Santanu Das is a Vice President of Market Access at GfK. Please email santanu.das@gfk.com or leave a comment below to share your thoughts.

  • EU consumer confidence at highest level in over nine years
    • 10/18/17
    • Financial Services
    • Public Services
    • Global
    • English

    EU consumer confidence at highest level in over nine years

    Consumer sentiment within the EU 28 has continued its upward trend in the third quarter of this year, finishing on 20.9 points. 

  • Meet GfK at Web Summit
    • 10/18/17
    • Media and Entertainment
    • Technology
    • Global
    • English

    11/06/17 - 11/09/17
    Meet GfK at Web Summit

    Come and meet our GfK team at booth G567 in the PANDA hall.

    • 10/17/17
    • Technology
    • Global
    • English

    Differentiated customer experience is key to success in marketing to Hyperconnected Consumers

    Digital disruption has changed the way of human life. In the last year, India has gone through massive changes that have impacted consumer behavior in a big way. Data explosion by telecom operators, mobile payment becoming way of life post-demonetization, online retailers pushing various buttons to increase the share of the pie, and offline retailers implementing omni-channel strategies and working on providing the same experience across channels. This is supplemented by the Government of India’s push towards the Digital India initiative. Brands are challenged to innovate and start reinventing things to deliver something so exceptional to their consumer, that it converts them into a repeat consumer of that specific product or service.

    The Hyperconnected Consumers: Today, in India, they constitute 10 percent of the Internet population. Earmarked to be the trendsetters of tomorrow, they form a very key and important consumer segment targeted by marketers. For this very reason, we launched an in-depth study to explore the attitudes and behavior of the fast emerging Hyperconnected Consumers in India. The much-anticipated findings were unveiled at an exclusive event “Discover the Hyperconnected Consumer in India” on September 7.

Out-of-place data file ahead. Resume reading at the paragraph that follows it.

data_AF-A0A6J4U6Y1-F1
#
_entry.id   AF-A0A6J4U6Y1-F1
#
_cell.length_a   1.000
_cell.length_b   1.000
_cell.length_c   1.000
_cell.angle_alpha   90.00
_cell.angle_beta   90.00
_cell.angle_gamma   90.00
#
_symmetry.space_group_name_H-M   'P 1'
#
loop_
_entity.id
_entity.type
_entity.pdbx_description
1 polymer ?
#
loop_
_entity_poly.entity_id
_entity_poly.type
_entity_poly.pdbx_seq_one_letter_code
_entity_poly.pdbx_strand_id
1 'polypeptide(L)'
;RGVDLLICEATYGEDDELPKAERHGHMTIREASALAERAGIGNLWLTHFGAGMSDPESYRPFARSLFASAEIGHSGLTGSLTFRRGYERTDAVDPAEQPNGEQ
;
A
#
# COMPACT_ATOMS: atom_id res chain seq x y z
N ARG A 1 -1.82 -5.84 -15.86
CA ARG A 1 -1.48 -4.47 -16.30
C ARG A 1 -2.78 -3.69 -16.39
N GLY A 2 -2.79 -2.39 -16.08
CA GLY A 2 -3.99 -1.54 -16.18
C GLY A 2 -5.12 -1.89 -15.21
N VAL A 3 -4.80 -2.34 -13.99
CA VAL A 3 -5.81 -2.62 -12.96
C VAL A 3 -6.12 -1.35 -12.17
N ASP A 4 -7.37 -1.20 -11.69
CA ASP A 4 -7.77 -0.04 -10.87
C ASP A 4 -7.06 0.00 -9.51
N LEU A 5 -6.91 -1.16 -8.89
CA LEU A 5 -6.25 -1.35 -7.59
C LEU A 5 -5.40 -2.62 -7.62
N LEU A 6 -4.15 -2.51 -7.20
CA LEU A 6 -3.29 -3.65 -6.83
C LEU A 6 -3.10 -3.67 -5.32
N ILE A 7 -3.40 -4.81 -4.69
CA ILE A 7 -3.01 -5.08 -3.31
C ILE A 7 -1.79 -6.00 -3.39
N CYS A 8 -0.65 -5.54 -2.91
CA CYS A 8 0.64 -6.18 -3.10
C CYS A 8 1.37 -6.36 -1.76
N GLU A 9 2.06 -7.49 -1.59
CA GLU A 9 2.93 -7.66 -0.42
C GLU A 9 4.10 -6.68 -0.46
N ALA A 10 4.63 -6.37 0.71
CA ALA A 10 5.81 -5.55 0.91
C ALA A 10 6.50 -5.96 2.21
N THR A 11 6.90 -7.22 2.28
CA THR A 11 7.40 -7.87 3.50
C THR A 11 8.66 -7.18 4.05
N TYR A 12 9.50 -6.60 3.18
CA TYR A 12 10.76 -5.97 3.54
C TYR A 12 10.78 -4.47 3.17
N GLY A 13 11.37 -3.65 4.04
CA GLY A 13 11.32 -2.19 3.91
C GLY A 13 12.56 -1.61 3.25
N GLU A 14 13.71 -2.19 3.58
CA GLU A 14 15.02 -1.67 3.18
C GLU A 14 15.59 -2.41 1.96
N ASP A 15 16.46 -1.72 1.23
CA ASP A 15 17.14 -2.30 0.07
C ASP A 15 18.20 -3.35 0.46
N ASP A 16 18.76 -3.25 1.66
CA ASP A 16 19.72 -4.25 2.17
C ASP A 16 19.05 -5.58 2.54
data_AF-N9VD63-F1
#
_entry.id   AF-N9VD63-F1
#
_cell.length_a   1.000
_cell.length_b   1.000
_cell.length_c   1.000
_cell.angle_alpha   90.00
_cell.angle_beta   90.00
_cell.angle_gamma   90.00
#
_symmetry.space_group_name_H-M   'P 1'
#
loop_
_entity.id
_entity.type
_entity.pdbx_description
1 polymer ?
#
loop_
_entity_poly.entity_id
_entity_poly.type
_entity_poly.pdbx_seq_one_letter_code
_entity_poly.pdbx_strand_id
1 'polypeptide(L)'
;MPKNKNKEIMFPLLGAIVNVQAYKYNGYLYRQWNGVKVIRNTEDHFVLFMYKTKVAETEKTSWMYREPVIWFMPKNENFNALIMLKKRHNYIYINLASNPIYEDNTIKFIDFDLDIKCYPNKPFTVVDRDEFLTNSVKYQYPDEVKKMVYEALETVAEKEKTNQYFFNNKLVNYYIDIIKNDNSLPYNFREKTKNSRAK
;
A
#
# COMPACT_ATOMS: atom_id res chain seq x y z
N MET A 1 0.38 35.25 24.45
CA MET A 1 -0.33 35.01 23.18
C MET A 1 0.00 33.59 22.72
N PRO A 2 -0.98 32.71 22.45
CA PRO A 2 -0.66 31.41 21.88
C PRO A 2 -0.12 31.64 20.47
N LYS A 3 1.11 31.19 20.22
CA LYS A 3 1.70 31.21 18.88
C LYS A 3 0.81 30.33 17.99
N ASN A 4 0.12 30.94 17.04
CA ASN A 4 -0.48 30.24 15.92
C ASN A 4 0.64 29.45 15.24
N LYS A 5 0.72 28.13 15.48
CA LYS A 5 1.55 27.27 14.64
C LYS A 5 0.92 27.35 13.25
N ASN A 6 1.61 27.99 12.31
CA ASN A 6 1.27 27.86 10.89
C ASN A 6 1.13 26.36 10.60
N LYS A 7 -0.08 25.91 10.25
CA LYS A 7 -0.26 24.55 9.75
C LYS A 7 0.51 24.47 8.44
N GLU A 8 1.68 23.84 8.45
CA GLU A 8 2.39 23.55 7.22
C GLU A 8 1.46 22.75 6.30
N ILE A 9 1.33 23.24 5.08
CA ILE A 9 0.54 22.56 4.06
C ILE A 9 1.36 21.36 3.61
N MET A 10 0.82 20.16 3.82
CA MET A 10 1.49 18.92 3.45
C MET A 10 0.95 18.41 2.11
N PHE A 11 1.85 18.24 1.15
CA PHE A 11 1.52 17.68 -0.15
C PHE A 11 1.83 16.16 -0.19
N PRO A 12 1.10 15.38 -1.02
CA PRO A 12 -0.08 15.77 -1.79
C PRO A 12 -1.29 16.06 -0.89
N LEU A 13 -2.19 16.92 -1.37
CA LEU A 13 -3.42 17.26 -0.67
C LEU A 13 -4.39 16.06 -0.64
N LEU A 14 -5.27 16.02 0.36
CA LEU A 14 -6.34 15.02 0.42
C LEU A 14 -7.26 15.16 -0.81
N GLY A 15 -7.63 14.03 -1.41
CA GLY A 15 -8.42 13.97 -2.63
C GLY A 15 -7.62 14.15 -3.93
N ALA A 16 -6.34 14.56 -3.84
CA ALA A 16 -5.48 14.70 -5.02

Data is the new oil

    The event’s opening keynote presentation on Imagining Consumerism with Digital India delivered by Mr. Arvind Gupta, Head of Digital India Foundation and IT, BJP was very well received. He highlighted that the advent of Digital India has transformed markets and consumers, bringing new possibilities and opportunities for businesses to thrive. His memorable closing lines which left a deep impression, were probably one of the key event takeaways: “Data is the new oil, and India is the biggest producer of this oil. People who are better at mining, refining, and using this data will be the leaders of the future!”

     

    A few of the greatest drivers catering to India’s rapid digitalization are government initiatives such as Digital India and Make in India. What started as small movements are now touching everyone’s heart and leading to massive employment generation. Not only have they provided local brands with amazing opportunities to enhance themselves, but they have also enabled them to serve incredible products and excellent services to the Hyperconnected Consumers in today’s era.

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    The event also brilliantly highlighted the importance of social media platforms and had two panels of experts carrying on discussions around The Hyperconnected Consumers in India. During the first session on Targeting Hyperconnected Consumers in the New Media Norm, high profile media industry leaders shared their own experiences on the challenges and opportunities arising from the new media landscape, and were in agreement that consumption of digital content does not differ much from mainstream television. But yet, today’s distracting world coupled with the Hyperconnected Consumers’ shorter attention span are factors making it more challenging than ever for marketers to effectively target and engage this emerging segment of the market. Sunil Lulla of Grey Group India did a fantastic job moderating the lively exchange between Gayatri Yadav (President & Head, Consumer Strategy & Innovation, Star Media), Achint Setia (Head, Business Development & Data Sciences, Viacom18 Media), Sameer Pitalwalla (CEO and Co-Founder, Culture Machine), and Lee Risk (Commercial Director, Media, GfK Asia).